Patchwork [U-Boot,v3,1/2] Optimized nand_read_buf for kirkwood

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Submitter Phil Sutter
Date June 26, 2013, 6:25 p.m.
Message ID <1372271126-2642-2-git-send-email-phil.sutter@viprinet.com>
Download mbox | patch
Permalink /patch/254834/
State Changes Requested
Delegated to: Scott Wood
Headers show

Comments

Phil Sutter - June 26, 2013, 6:25 p.m.
The basic idea is taken from the linux-kernel, but further optimized.

First align the buffer to 8 bytes, then use ldrd/strd to read and store
in 8 byte quantities, then do the final bytes.

Tested using: 'date ; nand read.raw 0xE00000 0x0 0x10000 ; date'.
Without this patch, NAND read of 132MB took 49s (~2.69MB/s). With this
patch in place, reading the same amount of data was done in 27s
(~4.89MB/s). So read performance is increased by ~80%!

Signed-off-by: Nico Erfurth <ne@erfurth.eu>
Tested-by: Phil Sutter <phil.sutter@viprinet.com>
Cc: Prafulla Wadaskar <prafulla@marvell.com>
---
 drivers/mtd/nand/kirkwood_nand.c | 32 ++++++++++++++++++++++++++++++++
 1 file changed, 32 insertions(+)
Albert ARIBAUD - June 27, 2013, 10:02 a.m.
Hi Phil,

On Wed, 26 Jun 2013 20:25:25 +0200, Phil Sutter
<phil.sutter@viprinet.com> wrote:

> The basic idea is taken from the linux-kernel, but further optimized.
> 
> First align the buffer to 8 bytes, then use ldrd/strd to read and store
> in 8 byte quantities, then do the final bytes.
> 
> Tested using: 'date ; nand read.raw 0xE00000 0x0 0x10000 ; date'.
> Without this patch, NAND read of 132MB took 49s (~2.69MB/s). With this
> patch in place, reading the same amount of data was done in 27s
> (~4.89MB/s). So read performance is increased by ~80%!
> 
> Signed-off-by: Nico Erfurth <ne@erfurth.eu>
> Tested-by: Phil Sutter <phil.sutter@viprinet.com>
> Cc: Prafulla Wadaskar <prafulla@marvell.com>
> ---

Patch history missing.

>  drivers/mtd/nand/kirkwood_nand.c | 32 ++++++++++++++++++++++++++++++++
>  1 file changed, 32 insertions(+)
> 
> diff --git a/drivers/mtd/nand/kirkwood_nand.c b/drivers/mtd/nand/kirkwood_nand.c
> index 0a99a10..85ea5d2 100644
> --- a/drivers/mtd/nand/kirkwood_nand.c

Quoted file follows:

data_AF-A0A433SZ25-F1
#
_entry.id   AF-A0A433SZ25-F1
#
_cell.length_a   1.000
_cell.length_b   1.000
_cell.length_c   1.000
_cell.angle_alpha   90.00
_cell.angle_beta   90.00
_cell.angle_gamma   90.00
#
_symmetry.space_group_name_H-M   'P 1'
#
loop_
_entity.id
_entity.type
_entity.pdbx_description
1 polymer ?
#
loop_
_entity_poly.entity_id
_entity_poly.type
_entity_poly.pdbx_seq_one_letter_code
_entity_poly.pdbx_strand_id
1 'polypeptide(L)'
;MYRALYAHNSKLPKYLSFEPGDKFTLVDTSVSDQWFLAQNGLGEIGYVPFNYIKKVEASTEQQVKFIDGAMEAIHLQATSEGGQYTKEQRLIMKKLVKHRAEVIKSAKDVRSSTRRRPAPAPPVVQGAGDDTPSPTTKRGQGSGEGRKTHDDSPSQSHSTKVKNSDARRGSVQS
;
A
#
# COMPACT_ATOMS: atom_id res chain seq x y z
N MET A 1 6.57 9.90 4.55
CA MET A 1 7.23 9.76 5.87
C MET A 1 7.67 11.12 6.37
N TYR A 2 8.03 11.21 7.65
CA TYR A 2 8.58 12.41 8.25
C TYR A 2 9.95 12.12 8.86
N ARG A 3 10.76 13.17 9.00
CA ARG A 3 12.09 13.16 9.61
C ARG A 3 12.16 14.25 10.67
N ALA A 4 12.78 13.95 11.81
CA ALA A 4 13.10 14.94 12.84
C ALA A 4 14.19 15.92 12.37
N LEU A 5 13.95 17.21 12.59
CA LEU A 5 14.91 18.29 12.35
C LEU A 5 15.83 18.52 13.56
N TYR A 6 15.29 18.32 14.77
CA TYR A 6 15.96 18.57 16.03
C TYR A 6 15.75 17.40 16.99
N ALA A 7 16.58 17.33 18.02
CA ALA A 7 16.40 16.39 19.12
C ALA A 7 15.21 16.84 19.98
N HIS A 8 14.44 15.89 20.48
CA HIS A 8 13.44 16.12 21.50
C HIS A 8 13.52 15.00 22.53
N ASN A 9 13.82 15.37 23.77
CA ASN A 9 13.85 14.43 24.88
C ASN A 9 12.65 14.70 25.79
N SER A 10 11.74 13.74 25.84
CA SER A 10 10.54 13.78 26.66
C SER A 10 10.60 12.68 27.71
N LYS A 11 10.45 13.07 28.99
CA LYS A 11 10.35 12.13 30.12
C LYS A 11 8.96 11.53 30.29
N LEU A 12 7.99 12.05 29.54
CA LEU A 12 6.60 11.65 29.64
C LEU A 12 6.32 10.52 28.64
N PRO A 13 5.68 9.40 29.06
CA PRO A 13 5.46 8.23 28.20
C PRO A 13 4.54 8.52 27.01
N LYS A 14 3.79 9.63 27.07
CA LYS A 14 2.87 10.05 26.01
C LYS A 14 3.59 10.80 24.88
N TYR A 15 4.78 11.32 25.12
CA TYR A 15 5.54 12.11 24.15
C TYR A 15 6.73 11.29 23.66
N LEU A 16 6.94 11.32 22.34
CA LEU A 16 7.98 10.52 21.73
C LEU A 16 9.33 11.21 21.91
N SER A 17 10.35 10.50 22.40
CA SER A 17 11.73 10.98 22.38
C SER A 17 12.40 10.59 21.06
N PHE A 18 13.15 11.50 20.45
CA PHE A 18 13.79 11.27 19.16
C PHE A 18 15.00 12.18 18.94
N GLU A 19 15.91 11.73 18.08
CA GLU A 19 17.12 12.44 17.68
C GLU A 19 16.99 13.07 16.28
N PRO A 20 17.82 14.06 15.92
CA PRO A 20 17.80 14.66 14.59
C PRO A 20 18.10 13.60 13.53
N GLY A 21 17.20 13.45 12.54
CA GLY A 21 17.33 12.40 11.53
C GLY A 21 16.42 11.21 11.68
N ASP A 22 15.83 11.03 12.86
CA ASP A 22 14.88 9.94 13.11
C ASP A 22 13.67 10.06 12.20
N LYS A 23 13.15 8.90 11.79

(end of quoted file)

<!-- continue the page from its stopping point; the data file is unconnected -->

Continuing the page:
> +++ b/drivers/mtd/nand/kirkwood_nand.c
> @@ -38,6 +38,37 @@ struct kwnandf_registers {
>  static struct kwnandf_registers *nf_reg =
>  	(struct kwnandf_registers *)KW_NANDF_BASE;
>  
> +
> +/*
> + * The basic idea is stolen from the linux kernel, but the inner loop is
> + * optimized a bit more.
> + */
> +static void kw_nand_read_buf(struct mtd_info *mtd, uint8_t *buf, int len)
> +{
> +	struct nand_chip *chip = mtd->priv;
> +
> +	while (len && (unsigned long)buf & 7) {
> +		*buf++ = readb(chip->IO_ADDR_R);
> +		len--;
> +	};
> +
> +	/* This loop reads and writes 64bit per round. */
> +	asm volatile (
> +		"1:\n"
> +		"  subs   %0, #8\n"
> +		"  ldrpld r2, [%2]\n"
> +		"  strpld r2, [%1], #8\n"
> +		"  bhi    1b\n"
> +		"  addne  %0, #8\n"
> +		: "+&r" (len), "+&r" (buf)
> +		: "r" (chip->IO_ADDR_R)
> +		: "r2", "r3", "memory", "cc"
> +	);

Are assembler instructions *really* required? IOW, can you not get
enough performance simply with a cleverly written C loop?

> +	while (len--)
> +		*buf++ = readb(chip->IO_ADDR_R);
> +}
> +
>  /*
>   * hardware specific access to control-lines/bits
>   */
> @@ -80,6 +111,7 @@ int board_nand_init(struct nand_chip *nand)
>  	nand->ecc.mode = NAND_ECC_SOFT;
>  #endif
>  	nand->cmd_ctrl = kw_nand_hwcontrol;
> +	nand->read_buf = kw_nand_read_buf;
>  	nand->chip_delay = 40;
>  	nand->select_chip = kw_nand_select_chip;
>  	return 0;


Amicalement,
Scott Wood - Aug. 19, 2013, 11:29 p.m.
On Wed, Jun 26, 2013 at 08:25:25PM +0200, Phil Sutter wrote:
> The basic idea is taken from the linux-kernel, but further optimized.
> 
> First align the buffer to 8 bytes, then use ldrd/strd to read and store
> in 8 byte quantities, then do the final bytes.
> 
> Tested using: 'date ; nand read.raw 0xE00000 0x0 0x10000 ; date'.
> Without this patch, NAND read of 132MB took 49s (~2.69MB/s). With this
> patch in place, reading the same amount of data was done in 27s
> (~4.89MB/s). So read performance is increased by ~80%!
> 
> Signed-off-by: Nico Erfurth <ne@erfurth.eu>
> Tested-by: Phil Sutter <phil.sutter@viprinet.com>
> Cc: Prafulla Wadaskar <prafulla@marvell.com>

Missing your signoff, and if Nico was the main author then there should
be a From: line indicating that.

-Scott

Patch

diff --git a/drivers/mtd/nand/kirkwood_nand.c b/drivers/mtd/nand/kirkwood_nand.c
index 0a99a10..85ea5d2 100644
--- a/drivers/mtd/nand/kirkwood_nand.c
+++ b/drivers/mtd/nand/kirkwood_nand.c
@@ -38,6 +38,37 @@  struct kwnandf_registers {
 static struct kwnandf_registers *nf_reg =
 	(struct kwnandf_registers *)KW_NANDF_BASE;
 
+
+/*
+ * The basic idea is stolen from the linux kernel, but the inner loop is
+ * optimized a bit more.
+ */
+static void kw_nand_read_buf(struct mtd_info *mtd, uint8_t *buf, int len)
+{
+	struct nand_chip *chip = mtd->priv;
+
+	while (len && (unsigned long)buf & 7) {
+		*buf++ = readb(chip->IO_ADDR_R);
+		len--;
+	};
+
+	/* This loop reads and writes 64bit per round. */
+	asm volatile (
+		"1:\n"
+		"  subs   %0, #8\n"
+		"  ldrpld r2, [%2]\n"
+		"  strpld r2, [%1], #8\n"
+		"  bhi    1b\n"
+		"  addne  %0, #8\n"
+		: "+&r" (len), "+&r" (buf)
+		: "r" (chip->IO_ADDR_R)
+		: "r2", "r3", "memory", "cc"
+	);
+
+	while (len--)
+		*buf++ = readb(chip->IO_ADDR_R);
+}
+
 /*
  * hardware specific access to control-lines/bits
  */
@@ -80,6 +111,7 @@  int board_nand_init(struct nand_chip *nand)
 	nand->ecc.mode = NAND_ECC_SOFT;
 #endif
 	nand->cmd_ctrl = kw_nand_hwcontrol;
+	nand->read_buf = kw_nand_read_buf;
 	nand->chip_delay = 40;
 	nand->select_chip = kw_nand_select_chip;
 	return 0;